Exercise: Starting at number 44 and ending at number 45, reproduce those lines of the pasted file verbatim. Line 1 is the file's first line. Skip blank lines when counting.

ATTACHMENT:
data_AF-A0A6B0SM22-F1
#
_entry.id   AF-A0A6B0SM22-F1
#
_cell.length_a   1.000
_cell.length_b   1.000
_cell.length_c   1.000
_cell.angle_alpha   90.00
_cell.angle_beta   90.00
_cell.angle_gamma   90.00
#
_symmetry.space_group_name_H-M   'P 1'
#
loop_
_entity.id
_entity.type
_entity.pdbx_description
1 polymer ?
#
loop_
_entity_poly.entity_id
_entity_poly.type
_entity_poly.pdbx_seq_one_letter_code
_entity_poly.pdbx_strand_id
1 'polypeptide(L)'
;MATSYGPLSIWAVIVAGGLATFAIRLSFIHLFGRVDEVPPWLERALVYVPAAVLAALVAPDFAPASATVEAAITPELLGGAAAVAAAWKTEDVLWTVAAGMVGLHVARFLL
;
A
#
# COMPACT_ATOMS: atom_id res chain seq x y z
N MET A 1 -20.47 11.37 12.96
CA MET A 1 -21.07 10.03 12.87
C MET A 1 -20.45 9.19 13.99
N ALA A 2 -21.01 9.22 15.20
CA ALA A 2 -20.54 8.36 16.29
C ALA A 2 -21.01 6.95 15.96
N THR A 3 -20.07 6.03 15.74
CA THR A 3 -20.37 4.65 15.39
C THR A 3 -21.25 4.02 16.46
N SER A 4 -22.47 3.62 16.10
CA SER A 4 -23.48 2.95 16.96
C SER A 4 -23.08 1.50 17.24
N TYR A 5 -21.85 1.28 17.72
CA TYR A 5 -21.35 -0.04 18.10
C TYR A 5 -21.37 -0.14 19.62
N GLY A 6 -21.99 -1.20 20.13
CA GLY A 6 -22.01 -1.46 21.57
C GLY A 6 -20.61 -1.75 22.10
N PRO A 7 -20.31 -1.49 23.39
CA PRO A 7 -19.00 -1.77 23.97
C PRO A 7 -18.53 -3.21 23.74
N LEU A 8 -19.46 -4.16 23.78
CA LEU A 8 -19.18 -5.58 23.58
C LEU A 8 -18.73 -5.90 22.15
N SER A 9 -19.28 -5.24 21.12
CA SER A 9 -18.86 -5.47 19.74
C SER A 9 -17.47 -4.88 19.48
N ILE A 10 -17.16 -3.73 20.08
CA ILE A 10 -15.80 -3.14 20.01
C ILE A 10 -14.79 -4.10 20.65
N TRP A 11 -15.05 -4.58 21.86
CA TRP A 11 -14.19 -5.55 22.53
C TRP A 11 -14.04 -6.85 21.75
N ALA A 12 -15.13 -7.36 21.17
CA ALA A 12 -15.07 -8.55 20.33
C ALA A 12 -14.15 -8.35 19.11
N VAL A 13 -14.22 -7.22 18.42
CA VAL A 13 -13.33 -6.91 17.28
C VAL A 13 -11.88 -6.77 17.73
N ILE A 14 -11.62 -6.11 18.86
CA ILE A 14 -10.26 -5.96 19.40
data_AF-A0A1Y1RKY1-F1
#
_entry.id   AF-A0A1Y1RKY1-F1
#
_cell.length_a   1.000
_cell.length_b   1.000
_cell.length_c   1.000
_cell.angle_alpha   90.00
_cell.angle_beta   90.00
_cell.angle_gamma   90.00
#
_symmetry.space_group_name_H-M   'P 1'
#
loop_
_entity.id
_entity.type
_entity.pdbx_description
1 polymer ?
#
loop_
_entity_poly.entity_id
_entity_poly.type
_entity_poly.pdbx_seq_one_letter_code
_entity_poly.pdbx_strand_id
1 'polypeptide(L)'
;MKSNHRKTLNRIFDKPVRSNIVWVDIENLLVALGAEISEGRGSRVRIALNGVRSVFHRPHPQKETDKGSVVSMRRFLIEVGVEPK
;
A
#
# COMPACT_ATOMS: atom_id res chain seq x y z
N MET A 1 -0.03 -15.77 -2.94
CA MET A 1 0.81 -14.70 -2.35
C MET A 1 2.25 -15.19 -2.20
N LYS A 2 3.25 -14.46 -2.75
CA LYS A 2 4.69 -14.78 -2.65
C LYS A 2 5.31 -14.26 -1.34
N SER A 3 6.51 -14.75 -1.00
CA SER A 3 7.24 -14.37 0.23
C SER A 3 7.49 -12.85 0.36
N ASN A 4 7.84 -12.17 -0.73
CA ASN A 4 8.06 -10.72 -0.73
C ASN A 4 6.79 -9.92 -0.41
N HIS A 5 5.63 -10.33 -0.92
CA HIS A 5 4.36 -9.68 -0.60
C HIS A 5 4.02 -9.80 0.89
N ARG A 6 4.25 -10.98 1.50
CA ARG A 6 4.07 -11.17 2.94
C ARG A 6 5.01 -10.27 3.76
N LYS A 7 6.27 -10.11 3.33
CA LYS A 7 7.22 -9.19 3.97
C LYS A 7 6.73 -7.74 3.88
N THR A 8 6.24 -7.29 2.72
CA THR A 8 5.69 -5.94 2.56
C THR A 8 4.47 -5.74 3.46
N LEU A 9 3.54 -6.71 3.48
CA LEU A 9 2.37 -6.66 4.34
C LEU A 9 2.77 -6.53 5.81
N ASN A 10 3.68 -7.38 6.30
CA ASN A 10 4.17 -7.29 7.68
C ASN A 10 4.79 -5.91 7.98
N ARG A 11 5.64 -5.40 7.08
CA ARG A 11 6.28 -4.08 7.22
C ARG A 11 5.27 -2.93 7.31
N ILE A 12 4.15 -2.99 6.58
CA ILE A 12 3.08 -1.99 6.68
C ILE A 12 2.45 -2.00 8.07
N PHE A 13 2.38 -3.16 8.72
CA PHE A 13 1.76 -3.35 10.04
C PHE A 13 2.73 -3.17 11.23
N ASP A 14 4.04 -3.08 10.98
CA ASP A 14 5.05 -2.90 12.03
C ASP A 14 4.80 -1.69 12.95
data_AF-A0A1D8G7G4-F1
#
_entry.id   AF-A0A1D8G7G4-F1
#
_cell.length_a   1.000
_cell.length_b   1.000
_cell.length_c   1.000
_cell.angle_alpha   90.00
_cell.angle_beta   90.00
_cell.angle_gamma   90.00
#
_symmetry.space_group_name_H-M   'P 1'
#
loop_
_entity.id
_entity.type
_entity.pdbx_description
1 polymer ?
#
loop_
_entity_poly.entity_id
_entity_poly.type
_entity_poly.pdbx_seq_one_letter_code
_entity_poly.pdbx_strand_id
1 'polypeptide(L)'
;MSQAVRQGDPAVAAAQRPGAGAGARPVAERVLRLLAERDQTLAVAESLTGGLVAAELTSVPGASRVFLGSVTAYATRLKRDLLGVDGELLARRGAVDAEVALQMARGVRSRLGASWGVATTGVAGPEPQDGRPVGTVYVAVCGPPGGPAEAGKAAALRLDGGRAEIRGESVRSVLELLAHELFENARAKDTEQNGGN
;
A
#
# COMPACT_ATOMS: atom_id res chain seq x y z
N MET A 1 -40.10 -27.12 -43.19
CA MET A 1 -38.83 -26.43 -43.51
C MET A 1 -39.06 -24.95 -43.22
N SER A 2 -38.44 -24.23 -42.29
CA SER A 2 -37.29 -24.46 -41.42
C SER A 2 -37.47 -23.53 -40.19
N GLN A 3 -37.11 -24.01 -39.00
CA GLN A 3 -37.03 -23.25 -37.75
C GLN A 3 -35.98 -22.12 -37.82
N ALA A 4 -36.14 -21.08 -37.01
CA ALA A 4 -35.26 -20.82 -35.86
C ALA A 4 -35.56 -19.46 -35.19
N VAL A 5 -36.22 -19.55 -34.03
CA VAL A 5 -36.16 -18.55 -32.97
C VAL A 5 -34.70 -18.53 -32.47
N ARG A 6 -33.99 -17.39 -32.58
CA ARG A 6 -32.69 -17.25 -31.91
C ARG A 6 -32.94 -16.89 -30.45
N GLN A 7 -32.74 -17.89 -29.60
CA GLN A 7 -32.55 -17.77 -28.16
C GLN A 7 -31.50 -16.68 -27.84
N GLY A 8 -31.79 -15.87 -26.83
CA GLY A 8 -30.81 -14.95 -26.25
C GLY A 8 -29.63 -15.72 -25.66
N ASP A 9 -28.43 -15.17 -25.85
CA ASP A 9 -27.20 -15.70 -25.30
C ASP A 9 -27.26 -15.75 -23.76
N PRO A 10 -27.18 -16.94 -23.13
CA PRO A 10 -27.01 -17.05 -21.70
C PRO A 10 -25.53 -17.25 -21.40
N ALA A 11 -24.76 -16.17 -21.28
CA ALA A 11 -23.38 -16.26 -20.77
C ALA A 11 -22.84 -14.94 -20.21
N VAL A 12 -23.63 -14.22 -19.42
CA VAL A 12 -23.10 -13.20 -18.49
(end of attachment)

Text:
CA TYR A 5 -21.35 -0.04 18.10
C TYR A 5 -21.37 -0.14 19.62